Gary Lesoing, Extension Educator in Nemaha County reporting on the southeast corner of the state: Corn planting is very close to completion. Soybean planting has made excellent progress as well and, while difficult to estimate, is probably 40-50% complete. Corn has emerged very well with the rain last week and warm temperatures. Farmers and ag businesses are busy trying to complete spraying when conditions are favorable.  (5/17/18)

John Wilson, Extension Educator in Burt County: Good news: Planting is progressing rapidly after being delayed by extensive rains, in some areas up to 6 inches, on May 1 and 3. At least we are going into the growing season with a full soil moisture profile. We are probably 85% completed with corn planting and maybe a third done with soybeans. We had a light rain this morning (Friday) which may actually help with some crusting issues and won’t hold anyone up too long on planting. If we miss any major rains for five to seven days, planting should be near completion by this time next week. More good news: After a slow start, alfalfa is putting on some rapid growth. Even more good news: A black cutworm trap I monitor has shown very low counts so hopefully cutworms (at least black cutworms) should not be a problem this year, especially with more late-planted corn than normal being more vulnerable to cutworm damage. Bad news: I’ve already had two complaints on burndown herbicide injuring trees on neighboring farmsteads. I hope this is not a sign that we are going to have a repeat of last year. (5/11/18)


Soybean seedlings
Figure 1. Emergence of soybean seedlings in northern Platte County, beans were planted the last week of April. (Photos by Megan Taylor)
Volunteer corn seedling
Figure 2. Volunteer corn beginning to germinate in a field in the southernmost part of Platte County, the heavy residue was tilled under, but emergence still persisted.


Megan Taylor, Extension Educator, reporting for Platte, Boone, and Nance counties: This week I was in several fields in Platte and Boone counties. I have seen a steady emergence from both corn and beans. There are some areas that were planted early, when the soil temperatures were not consistently above 45°F, that have low emergence.

Volunteer corn has started to emerge in the fields that had heavy residue and I have also seen the emergence of summer annual weeds. In general I have seen good weed control throughout all the fields I have been in, but with the warm temperatures the summer annuals have also started to come on. The pasture and cover crops in this area have really taken off. There are several excellent alfalfa fields throughout my area and I think these will be cut for the first time in the next two weeks. I have also seen some mechanical error and seeds on the ground in a few bean fields. Many of the growers in my area are finished or will be finished planting at the end of this weekend. (5/4-5/9)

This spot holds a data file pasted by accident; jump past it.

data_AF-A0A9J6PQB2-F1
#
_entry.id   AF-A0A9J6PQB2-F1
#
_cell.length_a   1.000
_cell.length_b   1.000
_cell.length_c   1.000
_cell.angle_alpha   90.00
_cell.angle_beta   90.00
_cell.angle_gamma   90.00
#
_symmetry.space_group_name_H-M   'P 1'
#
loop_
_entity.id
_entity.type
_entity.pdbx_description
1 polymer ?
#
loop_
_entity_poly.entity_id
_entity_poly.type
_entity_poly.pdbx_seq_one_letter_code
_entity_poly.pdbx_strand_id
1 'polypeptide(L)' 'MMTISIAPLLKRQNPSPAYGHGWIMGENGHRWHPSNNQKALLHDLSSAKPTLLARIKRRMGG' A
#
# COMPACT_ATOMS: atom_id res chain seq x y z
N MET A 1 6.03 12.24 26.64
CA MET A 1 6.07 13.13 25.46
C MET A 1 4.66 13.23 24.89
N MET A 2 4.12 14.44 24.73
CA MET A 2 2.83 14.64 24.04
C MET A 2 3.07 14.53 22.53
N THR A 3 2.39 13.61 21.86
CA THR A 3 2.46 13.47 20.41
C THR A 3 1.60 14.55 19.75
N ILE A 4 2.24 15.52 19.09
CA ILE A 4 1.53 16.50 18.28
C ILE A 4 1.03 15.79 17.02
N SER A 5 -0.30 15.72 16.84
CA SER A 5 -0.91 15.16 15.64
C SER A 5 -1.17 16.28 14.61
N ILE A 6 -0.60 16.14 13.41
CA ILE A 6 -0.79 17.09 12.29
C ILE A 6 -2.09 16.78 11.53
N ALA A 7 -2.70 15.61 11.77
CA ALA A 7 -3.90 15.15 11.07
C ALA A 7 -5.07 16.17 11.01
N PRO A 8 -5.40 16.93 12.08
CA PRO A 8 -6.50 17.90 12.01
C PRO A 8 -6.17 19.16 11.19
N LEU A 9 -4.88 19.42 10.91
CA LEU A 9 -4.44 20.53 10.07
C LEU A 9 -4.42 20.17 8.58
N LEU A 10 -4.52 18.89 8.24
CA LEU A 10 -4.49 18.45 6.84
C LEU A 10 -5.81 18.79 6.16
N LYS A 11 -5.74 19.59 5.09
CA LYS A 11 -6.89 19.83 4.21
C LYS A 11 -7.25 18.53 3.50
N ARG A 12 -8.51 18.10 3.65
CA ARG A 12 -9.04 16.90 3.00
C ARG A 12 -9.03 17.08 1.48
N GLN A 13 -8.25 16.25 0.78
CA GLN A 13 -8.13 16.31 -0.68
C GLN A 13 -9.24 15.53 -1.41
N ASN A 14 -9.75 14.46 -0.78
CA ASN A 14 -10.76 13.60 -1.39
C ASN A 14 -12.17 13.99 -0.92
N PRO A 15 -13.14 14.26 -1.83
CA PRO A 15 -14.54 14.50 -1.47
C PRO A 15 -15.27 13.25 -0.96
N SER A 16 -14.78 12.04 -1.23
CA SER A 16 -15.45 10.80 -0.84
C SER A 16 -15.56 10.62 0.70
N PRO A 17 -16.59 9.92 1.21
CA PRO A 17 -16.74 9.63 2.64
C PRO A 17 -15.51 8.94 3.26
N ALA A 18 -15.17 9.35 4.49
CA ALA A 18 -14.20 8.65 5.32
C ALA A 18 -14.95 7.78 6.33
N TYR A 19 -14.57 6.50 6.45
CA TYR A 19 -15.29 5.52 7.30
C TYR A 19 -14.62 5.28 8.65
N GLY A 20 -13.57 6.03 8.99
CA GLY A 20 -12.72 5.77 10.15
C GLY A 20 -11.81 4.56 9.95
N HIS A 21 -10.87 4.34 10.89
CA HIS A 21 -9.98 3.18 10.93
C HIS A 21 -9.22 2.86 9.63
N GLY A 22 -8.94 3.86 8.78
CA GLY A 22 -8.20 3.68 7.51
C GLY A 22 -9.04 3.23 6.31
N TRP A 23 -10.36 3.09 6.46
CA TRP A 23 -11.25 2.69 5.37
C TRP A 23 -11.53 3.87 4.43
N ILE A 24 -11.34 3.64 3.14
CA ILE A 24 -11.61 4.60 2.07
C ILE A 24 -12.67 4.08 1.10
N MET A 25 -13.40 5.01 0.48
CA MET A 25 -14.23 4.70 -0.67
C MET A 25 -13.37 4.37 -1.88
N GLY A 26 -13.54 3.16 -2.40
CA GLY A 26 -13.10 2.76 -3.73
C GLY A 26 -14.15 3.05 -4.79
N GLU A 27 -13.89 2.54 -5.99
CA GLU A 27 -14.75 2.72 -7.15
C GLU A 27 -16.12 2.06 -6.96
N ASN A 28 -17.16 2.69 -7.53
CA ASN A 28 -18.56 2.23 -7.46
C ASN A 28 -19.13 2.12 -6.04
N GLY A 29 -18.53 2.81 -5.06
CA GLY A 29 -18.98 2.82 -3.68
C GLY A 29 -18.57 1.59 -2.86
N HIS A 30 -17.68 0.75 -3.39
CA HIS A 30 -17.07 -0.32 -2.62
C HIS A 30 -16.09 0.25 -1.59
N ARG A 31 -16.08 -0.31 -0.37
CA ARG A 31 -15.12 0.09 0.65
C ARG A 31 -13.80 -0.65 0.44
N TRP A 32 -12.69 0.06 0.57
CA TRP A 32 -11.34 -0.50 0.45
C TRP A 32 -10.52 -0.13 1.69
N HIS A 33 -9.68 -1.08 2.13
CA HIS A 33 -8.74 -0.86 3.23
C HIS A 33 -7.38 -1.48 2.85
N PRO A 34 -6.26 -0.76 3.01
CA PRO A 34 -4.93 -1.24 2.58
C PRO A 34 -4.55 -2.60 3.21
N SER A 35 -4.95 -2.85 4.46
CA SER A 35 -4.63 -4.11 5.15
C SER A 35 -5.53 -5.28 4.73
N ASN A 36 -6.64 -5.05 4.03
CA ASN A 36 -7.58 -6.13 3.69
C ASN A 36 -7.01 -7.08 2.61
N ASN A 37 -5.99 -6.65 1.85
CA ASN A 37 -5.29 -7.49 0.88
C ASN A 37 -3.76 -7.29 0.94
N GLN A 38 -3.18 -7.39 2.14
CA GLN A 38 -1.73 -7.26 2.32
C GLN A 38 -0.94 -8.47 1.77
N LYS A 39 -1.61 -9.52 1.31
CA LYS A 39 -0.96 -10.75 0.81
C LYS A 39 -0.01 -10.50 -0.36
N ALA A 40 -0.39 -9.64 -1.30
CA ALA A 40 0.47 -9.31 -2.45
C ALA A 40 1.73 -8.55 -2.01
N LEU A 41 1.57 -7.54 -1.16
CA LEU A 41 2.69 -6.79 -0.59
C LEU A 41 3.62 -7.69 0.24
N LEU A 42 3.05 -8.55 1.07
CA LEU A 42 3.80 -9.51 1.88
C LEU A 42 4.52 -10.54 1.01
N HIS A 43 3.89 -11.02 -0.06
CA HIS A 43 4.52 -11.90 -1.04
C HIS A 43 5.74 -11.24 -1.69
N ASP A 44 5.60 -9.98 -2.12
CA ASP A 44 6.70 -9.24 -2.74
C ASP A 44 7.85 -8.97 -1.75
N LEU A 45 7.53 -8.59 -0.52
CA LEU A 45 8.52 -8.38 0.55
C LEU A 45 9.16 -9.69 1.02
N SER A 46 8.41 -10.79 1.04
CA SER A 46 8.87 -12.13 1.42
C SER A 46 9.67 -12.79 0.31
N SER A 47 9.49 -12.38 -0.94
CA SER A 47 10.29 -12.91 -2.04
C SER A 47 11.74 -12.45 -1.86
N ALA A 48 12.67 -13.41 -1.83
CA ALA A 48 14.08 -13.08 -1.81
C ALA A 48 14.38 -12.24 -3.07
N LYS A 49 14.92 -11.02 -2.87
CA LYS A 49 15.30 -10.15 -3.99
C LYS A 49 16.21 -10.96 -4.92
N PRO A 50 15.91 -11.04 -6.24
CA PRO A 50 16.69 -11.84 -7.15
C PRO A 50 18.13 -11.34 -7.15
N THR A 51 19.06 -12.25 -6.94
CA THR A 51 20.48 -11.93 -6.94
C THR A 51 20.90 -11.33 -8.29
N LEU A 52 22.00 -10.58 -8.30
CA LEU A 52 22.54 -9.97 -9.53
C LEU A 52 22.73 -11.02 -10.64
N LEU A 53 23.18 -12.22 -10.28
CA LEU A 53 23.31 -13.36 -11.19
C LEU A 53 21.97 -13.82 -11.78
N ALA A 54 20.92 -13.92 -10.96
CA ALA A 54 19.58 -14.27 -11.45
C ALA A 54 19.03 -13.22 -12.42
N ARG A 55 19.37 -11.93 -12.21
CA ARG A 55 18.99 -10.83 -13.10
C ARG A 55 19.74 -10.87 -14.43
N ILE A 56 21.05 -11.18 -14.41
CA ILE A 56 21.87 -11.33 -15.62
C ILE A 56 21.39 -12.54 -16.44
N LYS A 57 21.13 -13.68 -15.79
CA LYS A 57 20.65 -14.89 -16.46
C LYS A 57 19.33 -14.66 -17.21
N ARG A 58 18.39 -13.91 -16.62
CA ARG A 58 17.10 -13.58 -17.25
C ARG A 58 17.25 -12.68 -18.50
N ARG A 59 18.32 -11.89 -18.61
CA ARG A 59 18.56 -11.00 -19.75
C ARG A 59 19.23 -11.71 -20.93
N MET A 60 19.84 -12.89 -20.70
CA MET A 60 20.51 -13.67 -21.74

Sarah Sivits, Cropping Systems Extension Educator for Dawson, Buffalo, and Hall counties: I was out planting a field with a couple farmers for an a Nebraska On-Farm Research trial, and it looks like there has been a lot of movement out there. Quite a bit of corn in the area has gone in the ground, with a few fields still to be planted. Several farmers are planting soybeans right now. I have heard of a few farmers that are completely finished planting, which is wonderful! Alfalfa has been rapidly growing over the past couple weeks and so has the wheat. The major issue producers are facing right now is the lack of moisture. Warm weather was a blessing this spring, but we could really use some rain. Quite a few folks are running their pivots right now to help with crop germination and emergence. I hope that we receive rain here shortly.


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A field of corn.